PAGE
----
Ambergris

In French amber gris means grey coloured fossilized tree resin. However ambergris is a solid waxy substance produced in the intestines of sperm whales. It could be black, grey, different shades of brown, or yellowish vaguely resembling the tree resin amber. That’s how ambergris got its name even though it was later found to have originated from sperm whales.

Smooth and shiny squid beaks are always seen in ambergris because it is formed to protect the whale from sharp objects which need to be expelled. The strong smell of this intestinal secretion that comes out of either end of a whale is surprisingly neither that of vomit or faeces, and its smell changes as it dries.


Demand for Ambergris


Whales are now protected worldwide, but the ever growing demand for ambergris continues. Commercial whaling ended in 1986 prior to which bloody harpooning of sperm whales occurred for ambergris (found in stomachs of dead sperm whales) and other products such as spermaceti used as a machine lubricant, and for whale meat of course.

Beauty Without Cruelty had also campaigned towards achieving the international ban on whaling and used to recommend the use of jojoba oil in place of sperm whale oil. The International Whaling Commission kept advising quotas to be reduced. Around 1977 we got several institutions like the Central Arid Zone Research Institute, Jodhpur, Rajasthan, Maharashtra’s Agricultural Universities at Parbhani and Rahuri, and the Avatar Meher Baba Trust at Meherabad near Ahmednagar, to successfully grow jojoba (Simmondsia chinenisis) seed in the hope that India would stop importing sperm oil and use jojoba oil instead.

During the 35 years since the ban Japan, Norway and Iceland have killed nearly 40,000 whales for their meat, oil, blubber and cartilage used in pharmaceuticals and health supplements. In addition, deliberate hunting of small whales and dolphins continues to take place around the world for food, bait, currency or supposed traditional medicines and charms.


In demand for…


Ambergris is best known for its use as a fixative in perfumes alongside other animal origin ones like musk/kasturi (deer and musk rat), civet/gandhamarjara (cat), operculum/nakhla (mullosk), castoreum (beaver/rat) and hyraceum (mammal resembling a guinea pig).

The Chinese use ambergris not only in fragrances, but in medicine and as aphrodisiacs.

Ambar as ambergris is called in India, has for centuries been utilised as agnijara in Ayurvedic and Unani systems of medicine, and in Homeopathy as ambra grisea.


Ambergris has been historically used worldwide as an ingredient in food and drink, and ambergris-laced sugar fetches a high price.

Here, There and Everywhere


In January 2020, 5 kgs of ambergris was washed ashore at Devanampattinam in Cuddalore district, and was taken over by the Fisheries as well as Forest Departments of Tamil Nadu and proposed to be destroyed.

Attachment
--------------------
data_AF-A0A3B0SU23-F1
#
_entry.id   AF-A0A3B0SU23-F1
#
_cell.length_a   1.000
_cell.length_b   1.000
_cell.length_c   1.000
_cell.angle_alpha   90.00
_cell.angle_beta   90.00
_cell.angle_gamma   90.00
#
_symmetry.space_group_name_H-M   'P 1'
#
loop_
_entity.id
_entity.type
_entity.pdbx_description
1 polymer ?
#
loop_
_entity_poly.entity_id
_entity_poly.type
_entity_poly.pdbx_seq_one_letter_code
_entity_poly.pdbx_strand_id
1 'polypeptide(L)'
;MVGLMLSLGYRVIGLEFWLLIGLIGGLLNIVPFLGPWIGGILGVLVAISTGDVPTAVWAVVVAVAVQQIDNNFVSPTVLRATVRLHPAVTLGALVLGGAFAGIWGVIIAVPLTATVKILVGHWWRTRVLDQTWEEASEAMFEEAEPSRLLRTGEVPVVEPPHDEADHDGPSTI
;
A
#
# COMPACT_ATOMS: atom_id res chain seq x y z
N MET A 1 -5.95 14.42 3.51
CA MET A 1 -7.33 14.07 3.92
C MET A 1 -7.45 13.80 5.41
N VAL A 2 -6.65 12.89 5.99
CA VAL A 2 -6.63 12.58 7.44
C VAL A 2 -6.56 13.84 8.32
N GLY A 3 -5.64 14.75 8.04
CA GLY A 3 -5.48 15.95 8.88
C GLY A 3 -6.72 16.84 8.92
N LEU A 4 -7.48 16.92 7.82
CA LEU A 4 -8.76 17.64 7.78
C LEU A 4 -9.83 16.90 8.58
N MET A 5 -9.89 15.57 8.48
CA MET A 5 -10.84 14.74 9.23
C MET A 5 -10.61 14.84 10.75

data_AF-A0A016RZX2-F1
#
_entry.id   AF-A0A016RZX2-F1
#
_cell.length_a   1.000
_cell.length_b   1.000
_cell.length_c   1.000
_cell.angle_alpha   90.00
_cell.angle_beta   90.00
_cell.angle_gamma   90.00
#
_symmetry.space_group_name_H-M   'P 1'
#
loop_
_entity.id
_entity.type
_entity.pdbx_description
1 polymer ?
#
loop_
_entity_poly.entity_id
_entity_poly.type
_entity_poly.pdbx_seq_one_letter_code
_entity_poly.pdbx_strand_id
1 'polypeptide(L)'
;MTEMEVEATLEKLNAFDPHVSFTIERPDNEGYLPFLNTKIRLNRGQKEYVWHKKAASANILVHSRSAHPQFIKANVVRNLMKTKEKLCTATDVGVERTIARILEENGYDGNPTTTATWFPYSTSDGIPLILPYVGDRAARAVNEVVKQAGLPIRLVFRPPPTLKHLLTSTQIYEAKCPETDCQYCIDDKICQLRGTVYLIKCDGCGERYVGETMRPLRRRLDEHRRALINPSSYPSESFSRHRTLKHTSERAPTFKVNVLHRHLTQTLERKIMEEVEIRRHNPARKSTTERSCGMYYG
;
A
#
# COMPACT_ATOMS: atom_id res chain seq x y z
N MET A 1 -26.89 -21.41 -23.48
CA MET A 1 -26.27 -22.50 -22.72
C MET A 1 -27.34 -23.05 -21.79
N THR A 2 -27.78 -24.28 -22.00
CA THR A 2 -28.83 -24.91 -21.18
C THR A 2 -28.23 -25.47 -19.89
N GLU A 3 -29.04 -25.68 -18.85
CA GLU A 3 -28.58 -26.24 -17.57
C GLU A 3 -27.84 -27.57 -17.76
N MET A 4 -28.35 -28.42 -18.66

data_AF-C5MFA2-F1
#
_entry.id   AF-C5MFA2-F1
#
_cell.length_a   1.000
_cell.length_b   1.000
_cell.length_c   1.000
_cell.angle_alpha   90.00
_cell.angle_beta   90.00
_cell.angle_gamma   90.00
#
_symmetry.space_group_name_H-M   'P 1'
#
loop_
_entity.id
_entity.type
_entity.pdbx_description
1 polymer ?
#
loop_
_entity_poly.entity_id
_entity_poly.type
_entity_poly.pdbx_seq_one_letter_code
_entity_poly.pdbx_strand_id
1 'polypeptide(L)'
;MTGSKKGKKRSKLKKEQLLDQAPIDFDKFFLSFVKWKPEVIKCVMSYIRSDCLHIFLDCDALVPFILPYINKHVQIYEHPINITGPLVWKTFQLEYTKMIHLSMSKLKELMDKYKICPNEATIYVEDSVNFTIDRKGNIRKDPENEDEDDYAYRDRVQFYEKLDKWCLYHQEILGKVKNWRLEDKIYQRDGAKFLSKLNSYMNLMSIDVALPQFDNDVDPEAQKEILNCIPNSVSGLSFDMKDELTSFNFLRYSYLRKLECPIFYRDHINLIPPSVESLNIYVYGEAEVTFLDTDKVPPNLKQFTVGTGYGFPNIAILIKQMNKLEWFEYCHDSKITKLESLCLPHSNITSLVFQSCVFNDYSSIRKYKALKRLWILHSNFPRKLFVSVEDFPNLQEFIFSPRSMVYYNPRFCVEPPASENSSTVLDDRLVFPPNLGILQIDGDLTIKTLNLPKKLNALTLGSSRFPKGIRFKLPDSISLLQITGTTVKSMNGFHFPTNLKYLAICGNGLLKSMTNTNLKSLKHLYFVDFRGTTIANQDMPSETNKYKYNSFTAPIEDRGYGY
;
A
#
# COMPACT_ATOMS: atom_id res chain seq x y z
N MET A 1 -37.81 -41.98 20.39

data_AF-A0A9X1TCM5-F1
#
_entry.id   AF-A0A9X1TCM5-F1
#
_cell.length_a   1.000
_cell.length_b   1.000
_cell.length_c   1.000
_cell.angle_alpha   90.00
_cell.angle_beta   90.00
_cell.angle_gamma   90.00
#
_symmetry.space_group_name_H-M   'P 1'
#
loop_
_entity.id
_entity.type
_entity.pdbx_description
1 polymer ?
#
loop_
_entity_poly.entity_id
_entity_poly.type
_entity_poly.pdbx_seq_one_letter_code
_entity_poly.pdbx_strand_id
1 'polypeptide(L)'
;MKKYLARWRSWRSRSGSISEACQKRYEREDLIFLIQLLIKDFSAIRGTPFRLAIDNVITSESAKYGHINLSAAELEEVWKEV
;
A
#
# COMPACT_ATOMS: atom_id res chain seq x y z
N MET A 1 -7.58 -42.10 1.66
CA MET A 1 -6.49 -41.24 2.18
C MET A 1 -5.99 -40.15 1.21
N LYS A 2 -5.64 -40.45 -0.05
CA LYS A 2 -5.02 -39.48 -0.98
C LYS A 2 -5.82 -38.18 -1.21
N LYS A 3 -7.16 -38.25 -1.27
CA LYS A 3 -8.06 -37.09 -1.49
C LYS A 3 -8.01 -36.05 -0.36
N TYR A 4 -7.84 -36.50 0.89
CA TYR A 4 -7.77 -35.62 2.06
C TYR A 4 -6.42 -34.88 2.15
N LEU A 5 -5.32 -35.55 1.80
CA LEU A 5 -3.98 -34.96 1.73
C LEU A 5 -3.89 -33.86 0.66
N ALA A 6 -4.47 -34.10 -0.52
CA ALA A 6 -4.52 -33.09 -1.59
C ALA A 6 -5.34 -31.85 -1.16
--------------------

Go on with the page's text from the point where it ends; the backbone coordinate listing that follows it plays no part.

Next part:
Only 6 months earlier, after a gap of a year, in June 2019 two persons had been arrested and Rs 1.90 crore worth of ambergris had been seized in Mumbai. Six seizures also took place in Mumbai and Thane till mid-2021.

Then in May 2021 ambergris weighing 5.3 kg valued at Rs 10 lakh per kg in India, but worth Rs 7 crore in the international Arab and Chinese markets, was seized from 3 persons who were detained by the Ahmedabad Police.

Just 2 months later in July 2021, officials of the Wildlife Crime Control Bureau (WCCB) Chennai, along with local forest and police personnel arrested an 8-member gang trying to sell 8.25 kgs of ambergris worth about Rs 8 crore at Narsaraopet in Guntur district of Andhra Pradesh.

Rs 30 crore worth of 18 kgs ambergris was also seized by the WCCB during July 2021 in Chettuva (a coastal village of Kerala) from 3 persons.

A month later in August 2021 the Pune forest division arrested 6 persons for dealing in 3 kgs of ambergris worth Rs 3.5 crore.

Also in August 2021 the WCCB were responsible for the biggest ever seizure of ambergris weighing 80 kgs in Bengaluru for which 5 persons were arrested.

Around the same time 4 persons belonging to a Kerala-based gang were nabbed in Mangadu, near Chennai, for attempting to sell ambergris worth Rs 22 crore; 3 persons near Thoothukudi with ambergris worth Rs 23 crore; and, 9 persons near Thiruporur with ambergris valued at Rs 13 crore.

Again in September 2021, 11 kgs of ambergris was confiscated from 4 persons in Bengaluru. Coincidentally on the same day 2 persons were arrested in Mumbai for peddling nearly 6 kgs of ambergris in Mumbai.

A fortnight later 2 persons from the Lakshadweep Islands who were trying to sell 1.4 kgs of ambergris valued at more than Rs 1.4 crore at Kochi, were arrested by the WCCB and officials of the Kerala Forest Department.

Sudden Smuggling


Why is there a sudden spike of ambergris seizures in India? Surely many more tried to sell and sold ambergris undetected. Ambergris can, thanks to smugglers from India’s coastal belt using ships, end up any where in the world like in Dubai or Europe where the demand is said to be currently high.

Officials from coastal Maharashtra, Gujarat, Kerala, Tamil Nadu and Karnataka felt that the sudden spike in ambergris seizures was because of greater awareness among the coastal fishing community resulting from stories in the media of fishermen whose lives are said to have favourably changed overnight on finding ambergris, as well as a slowdown in international trade due to flight restrictions after Covid-19, however, there were few buyers within India.
Page last updated on 16/10/21